Matt Hoffman, Senior Editor for NeurologyLive, has covered medical news for MJH Life Sciences, NeurologyLive’s parent company, since 2017. He hosts the NeurologyLive Mind Moments podcast, as well as Second Opinion on Medical World News. Follow him on Twitter @byMattHoffman or email him at email@example.com
Alder Biopharmaceuticals announced the dosing of the first patient with ALD1910, its investigational monoclonal antibody that inhibits PACAP to prevent migraine. The study is aiming to enroll 100 individuals with results in mid-to-late 2020.
Bob Azelby, MBA
The first patient has been dosed in a phase 1 study of an investigational monoclonal antibody for the preventive treatment of migraine, Alder BioPharmaceuticals’ ALD1910, the company has announced.1
ALD1910 is an inhibitor of pituitary adenylate cyclase-activating polypeptide (PACAP), an important signaling molecule in the pathophysiology of migraine which literature suggests may play a similar role to calcitonin gene-related peptide (CGRP) in its contribution to disease.2 Enrollment for the study is expected to include 100 healthy individuals between ages 18 and 55 years, to assess the safety, tolerability and pharmacokinetic profile of ALD1910 at various doses. Results are expected in the latter half of 2020.
“More than 70% of the 14 million people with migraine who experience more than four headache days per month are not being treated with preventive therapies,” Bob Azelby, president and chief executive officer, Alder BioPharmaceuticals, said in a statement. “We believe that no single treatment mechanism is going to benefit every person living with this disease. ALD1910 has the potential to provide a new mechanism-specific therapeutic approach for people with migraine and their physicians.”
In April, Azelby told NeurologyLive that the company was “very excited” about the agent and that it “expect[s] to be first-in-human with ALD1910 by the end of 2019—the end of this year.”
“We’re excited that that may be another opportunity because as excited as we are about eptinezumab and its unique clinical profile, we’re helping out about 6 out of 10 patients. That means 4 out of 10 patients are not getting relief. We see ALD1910 as an opportunity to help those patients, and it’s just reiterating that we’re early on in this migraine disease and understanding it, so there’s still a lot of opportunity for innovation,” he told NeurologyLive.
ALD1910 has shown reactivity to PACAP38, through the PAC1, VPAC1, and VPAC2 receptors, as well as PACAP27. Literature also suggests the agent blocks the cell0surface binding of a nonlinear epitope within PACAP.3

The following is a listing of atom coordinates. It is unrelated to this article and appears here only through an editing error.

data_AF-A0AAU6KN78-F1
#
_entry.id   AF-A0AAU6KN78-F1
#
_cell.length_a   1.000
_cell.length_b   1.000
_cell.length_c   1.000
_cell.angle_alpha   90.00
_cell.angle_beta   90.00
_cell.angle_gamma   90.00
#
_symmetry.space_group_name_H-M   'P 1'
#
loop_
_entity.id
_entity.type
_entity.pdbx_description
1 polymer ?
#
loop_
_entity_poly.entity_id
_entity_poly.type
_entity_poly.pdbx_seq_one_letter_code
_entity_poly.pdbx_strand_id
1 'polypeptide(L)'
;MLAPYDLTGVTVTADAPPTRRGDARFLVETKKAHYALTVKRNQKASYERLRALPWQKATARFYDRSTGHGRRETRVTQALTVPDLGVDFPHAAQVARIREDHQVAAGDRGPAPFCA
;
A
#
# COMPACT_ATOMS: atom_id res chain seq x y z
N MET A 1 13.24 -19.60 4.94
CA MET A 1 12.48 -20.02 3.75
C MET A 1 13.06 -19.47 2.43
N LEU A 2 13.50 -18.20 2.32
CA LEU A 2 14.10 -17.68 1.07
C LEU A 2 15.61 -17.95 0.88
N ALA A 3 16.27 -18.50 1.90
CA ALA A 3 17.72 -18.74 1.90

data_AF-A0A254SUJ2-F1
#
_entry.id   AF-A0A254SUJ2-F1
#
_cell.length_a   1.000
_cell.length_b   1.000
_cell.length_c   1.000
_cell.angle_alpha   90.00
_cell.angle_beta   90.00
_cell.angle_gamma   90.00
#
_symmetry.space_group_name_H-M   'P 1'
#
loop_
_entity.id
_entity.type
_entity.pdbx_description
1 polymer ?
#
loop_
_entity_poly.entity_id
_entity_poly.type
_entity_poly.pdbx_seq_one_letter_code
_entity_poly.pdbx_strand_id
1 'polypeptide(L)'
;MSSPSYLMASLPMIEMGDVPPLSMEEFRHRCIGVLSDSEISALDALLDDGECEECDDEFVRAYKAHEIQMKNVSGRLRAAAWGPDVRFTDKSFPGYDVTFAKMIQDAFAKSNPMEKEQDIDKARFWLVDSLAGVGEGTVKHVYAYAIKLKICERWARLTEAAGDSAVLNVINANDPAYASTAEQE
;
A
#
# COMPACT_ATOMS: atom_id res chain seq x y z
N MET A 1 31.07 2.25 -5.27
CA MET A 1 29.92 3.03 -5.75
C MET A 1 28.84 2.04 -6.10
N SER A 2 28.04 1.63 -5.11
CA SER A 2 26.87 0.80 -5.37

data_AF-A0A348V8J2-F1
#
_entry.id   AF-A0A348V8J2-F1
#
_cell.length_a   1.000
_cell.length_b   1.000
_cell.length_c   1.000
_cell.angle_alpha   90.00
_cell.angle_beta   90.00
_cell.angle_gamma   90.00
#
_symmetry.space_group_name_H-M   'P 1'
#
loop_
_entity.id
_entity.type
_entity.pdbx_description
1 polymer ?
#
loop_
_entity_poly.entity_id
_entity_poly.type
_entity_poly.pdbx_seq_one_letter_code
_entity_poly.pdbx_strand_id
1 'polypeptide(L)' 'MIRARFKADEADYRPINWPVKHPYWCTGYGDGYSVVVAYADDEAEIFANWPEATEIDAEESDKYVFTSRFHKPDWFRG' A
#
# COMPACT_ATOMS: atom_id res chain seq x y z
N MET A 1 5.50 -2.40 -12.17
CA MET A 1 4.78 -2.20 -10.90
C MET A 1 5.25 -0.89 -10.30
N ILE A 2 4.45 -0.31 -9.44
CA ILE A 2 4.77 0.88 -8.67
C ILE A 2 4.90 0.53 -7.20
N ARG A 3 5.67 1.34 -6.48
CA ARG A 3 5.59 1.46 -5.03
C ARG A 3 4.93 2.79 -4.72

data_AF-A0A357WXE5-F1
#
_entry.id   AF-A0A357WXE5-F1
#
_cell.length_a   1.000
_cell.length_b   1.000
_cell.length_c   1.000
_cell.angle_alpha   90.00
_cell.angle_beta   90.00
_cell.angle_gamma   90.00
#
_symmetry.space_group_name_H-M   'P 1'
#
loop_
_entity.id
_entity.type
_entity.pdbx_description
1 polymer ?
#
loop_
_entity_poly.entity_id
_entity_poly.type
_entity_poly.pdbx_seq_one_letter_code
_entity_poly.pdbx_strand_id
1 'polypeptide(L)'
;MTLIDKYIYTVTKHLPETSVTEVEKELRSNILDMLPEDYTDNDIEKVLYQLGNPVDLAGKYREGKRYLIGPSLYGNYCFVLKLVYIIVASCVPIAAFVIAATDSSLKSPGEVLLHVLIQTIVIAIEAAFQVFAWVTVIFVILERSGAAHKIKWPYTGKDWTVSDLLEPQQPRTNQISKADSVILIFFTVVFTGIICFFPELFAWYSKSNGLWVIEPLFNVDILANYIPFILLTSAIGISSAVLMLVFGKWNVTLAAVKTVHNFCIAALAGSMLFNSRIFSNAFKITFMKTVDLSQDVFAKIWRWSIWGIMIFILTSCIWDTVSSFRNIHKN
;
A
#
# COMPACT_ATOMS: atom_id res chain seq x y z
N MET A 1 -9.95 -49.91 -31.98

“PACAP is an attractive pathway in addressing migraine and the preclinical work has been very encouraging as it demonstrated ALD1910 prevents the signaling of PACAP with all three known receptors,” said Paul Streck, MD, chief medical officer, Alder, in a statement. “There is excitement among the medical community to assess the clinical potential of ALD1910 to possibly help patients who may require a different approach for the prevention of migraine.”
Alder is also expected to bring its CGRP inhibitor, eptinezumab, onto the market in early 2020. In April, the FDA accepted a biologics license application from Alder for the treatment, with supporting data coming from the PROMISE 1 and PROMISE 2 clinical trials, along with an open-label safety study and pharmacokinetic data. The therapy is an intravenous (IV) quarterly infusion that studies suggest achieves 100% bioavailability after the 30-minute infusion it is administered in.
According to Azelby, the PROMISE 2 data—in which 60% and 33% of patients who averaged 16 migraines per month at baseline dropped to ≤8 migraines or ≤4 migraines per month after treatment, respectively—is the key to displaying eptinezumab’s efficacy.
1. Alder BioPharmaceuticals® Announces First-in-Human Dosing in Phase 1 ALD1910 Study for Preventive Treatment of Migraine [press release]. Bothell, WA: Alder BioPharmaceuticals; Published October 10, 2019. investor.alderbio.com/news-releases/news-release-details/alder-biopharmaceuticalsr-announces-first-human-dosing-phase-1. Accessed October 11, 2019.
2. Kaiser EA, Russo AF. CGRP and migraine: Could PACAP play a role too? Neuropeptides. 2013;47(6):451-461. doi: 10.1016/j.npep.2013.10.010.
3. Loomis CM, Dutzer B, Ojala EW, et al. Pharmacologic Characterization of ALD1910, a Potent Humanized Monoclonal Antibody against the Pituitary Adenylate Cyclase Activating Peptide. J Pharmacol Exper Thera. 2019;369(1):26-36. doi: 10.1124/jpet.118.253443.